I am an architect who recently moved back to St John's from Toronto. In Toronto, I had an hour and 20 minutes commute each direction to work, involving a streetcar, a subway and a bus, with short walks at each end. I enjoyed that commute insofar as I got a lot of reading done enroute--I credit that reading time in part for the my ability to pass my architect exams, LEED exams, and Ontario Building Code exams in short order. Here in St. John's, I live on the Battery and work in Mount Pearl, and guess what? My commute time is still one hour, including two buses and a short walk at each end. The difference is in Toronto my hour and a half took me 32 km, while in St John's my one hour commute is just 12 km in distance. In St John's the bus route twists and turns around suburban enclaves, while in Toronto the route is relatively straight, using major arterials. In Toronto I never worried about timing my trip, either--there would always be another bus along if I missed this one. Here in St John's, I have to be sure to hit the bus on schedule (which means getting there early) because if I miss the bus in Mount Pearl there's nothing for another hour--or worse, if it's after 6 pm. What is great about these long trips is they offer a chance to unwind. I've made friends on the bus, and I enjoy the chance to read the Telegram in peace each morning (sold for just 25 cents on the bus, it's a steal!). I get to work knowledgable about local affairs and intrigues worth sharing with my colleagues. I can also collect one Air Mile point per trip. There are some things I don't like about the transit experience. The fact is, St John's has just 53 buses in its entire fleet, and the schedule is poor--the bus to Mount Pearl only goes once an hour, and does not run during midday or in the evenings. I also find it strange that some buses play the radio over the P.A. system, subjecting all passengers to the whims of the driver. I've never seen this anywhere else in the world! And of course, with a 40 hour work week, an addition 10 hours on the bus is time away from my family, which I regret--but I don't kid myself--with a car I might have 5 hours per week more at home, but it would be time when I would be stressed out from the drive, or eager to read the newspaper that I'd not had a chance to see yet. So the trade-off seems reasonable to me. I've read several columns by Denis Mahoney, and have to say they all strike me as extremely intelligent. We need more of his kind of thinking in this city!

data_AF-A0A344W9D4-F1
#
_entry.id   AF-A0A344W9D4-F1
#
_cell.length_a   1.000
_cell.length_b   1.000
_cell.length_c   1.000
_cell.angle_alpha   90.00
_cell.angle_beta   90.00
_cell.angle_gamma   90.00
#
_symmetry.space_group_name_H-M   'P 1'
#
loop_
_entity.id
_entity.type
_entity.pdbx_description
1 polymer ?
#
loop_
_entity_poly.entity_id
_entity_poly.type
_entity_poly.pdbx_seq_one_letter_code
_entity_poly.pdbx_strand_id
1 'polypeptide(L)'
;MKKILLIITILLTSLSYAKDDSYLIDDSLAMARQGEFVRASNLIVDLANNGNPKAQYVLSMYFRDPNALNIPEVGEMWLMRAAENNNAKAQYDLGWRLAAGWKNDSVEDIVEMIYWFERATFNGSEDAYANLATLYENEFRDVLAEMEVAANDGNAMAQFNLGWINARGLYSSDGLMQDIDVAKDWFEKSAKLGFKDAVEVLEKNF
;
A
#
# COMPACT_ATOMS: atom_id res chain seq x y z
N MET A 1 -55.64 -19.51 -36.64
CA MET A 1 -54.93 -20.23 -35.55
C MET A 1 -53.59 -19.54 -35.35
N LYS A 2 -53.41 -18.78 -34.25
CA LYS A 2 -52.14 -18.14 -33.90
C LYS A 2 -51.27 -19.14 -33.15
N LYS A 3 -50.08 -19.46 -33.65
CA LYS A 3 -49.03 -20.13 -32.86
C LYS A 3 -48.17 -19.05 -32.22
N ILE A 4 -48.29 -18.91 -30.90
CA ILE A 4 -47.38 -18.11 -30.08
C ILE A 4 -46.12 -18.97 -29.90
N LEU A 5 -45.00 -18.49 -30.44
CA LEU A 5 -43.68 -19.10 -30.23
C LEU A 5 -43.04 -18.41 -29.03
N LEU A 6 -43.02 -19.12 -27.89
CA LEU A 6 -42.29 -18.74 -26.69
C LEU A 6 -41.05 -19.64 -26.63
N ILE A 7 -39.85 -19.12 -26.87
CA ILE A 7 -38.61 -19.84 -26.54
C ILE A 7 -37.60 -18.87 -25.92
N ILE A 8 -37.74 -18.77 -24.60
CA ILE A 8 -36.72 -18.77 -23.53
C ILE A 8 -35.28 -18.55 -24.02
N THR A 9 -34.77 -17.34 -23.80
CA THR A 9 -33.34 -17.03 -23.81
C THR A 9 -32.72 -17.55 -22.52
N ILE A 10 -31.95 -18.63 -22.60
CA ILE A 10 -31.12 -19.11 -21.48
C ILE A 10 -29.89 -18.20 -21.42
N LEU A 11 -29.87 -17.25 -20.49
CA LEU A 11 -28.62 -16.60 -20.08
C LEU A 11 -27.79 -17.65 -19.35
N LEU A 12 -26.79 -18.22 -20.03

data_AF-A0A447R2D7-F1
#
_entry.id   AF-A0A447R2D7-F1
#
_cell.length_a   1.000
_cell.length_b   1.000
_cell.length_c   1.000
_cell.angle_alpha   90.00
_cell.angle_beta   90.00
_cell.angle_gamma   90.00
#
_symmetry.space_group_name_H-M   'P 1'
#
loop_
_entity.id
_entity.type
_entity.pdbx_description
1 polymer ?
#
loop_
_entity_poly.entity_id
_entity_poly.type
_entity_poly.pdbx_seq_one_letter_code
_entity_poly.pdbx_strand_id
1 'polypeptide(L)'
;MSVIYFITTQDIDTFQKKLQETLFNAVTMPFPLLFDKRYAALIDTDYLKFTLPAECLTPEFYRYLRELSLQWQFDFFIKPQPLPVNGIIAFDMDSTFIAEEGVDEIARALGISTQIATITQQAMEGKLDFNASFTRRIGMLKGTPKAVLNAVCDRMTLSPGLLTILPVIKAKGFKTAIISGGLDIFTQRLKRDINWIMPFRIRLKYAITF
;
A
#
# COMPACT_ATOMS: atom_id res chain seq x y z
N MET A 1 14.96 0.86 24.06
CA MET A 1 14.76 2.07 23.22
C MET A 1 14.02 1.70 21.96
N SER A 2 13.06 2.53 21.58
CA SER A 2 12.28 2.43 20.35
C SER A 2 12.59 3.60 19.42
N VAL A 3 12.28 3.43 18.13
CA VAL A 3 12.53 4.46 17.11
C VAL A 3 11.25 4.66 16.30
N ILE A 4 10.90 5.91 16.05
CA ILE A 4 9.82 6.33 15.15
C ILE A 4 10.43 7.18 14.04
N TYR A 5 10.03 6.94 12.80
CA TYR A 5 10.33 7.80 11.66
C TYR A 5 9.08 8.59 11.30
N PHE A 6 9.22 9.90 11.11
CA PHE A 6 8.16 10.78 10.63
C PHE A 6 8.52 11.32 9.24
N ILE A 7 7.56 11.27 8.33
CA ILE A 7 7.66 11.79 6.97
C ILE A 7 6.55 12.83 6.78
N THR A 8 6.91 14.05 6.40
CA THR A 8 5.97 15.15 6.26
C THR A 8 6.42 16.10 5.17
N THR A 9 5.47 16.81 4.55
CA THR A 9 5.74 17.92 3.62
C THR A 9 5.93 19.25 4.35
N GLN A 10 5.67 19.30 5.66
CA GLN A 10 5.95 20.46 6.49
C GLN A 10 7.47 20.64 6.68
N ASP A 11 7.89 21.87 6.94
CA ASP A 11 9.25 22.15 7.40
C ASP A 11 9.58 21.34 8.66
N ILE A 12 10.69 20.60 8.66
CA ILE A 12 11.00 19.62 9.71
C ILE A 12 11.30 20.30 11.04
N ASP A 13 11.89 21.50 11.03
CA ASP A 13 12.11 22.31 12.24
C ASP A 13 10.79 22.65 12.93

• Beep beep
    September 11, 2013 - 06:17

    Let me just say that public transit is useless to most people with the routes as they are and the amount of time it would take to get from point A to point B. Mahoney says "Newfoundland and Labrador reportedly has 100,000 more registered cars than people — a dichotomy that’s created a reliance on road networks as the primary means of moving people and goods." interesting statistic, but what odds about it, a person can only drive ONE vehicle at a time. Are you suggesting that a person only be allowed to own ONE vehicle? That's not very capitalistic idealism from a board of trade chairman/member. The reason for the congestion on roads in the NE Avalon is tied to the amount of activity here, something that the chairman of the board of trade should be ecstatic about. How many of those on the board of trade, or even business people in general use public transit? I would like to see that statistic. Maybe Mr. Mahoney and his peers would prefer that the little people stick to public transit so that the roadways are not too congested for Mahoney and his peers to drive about on in their Beemer's and Mercedes.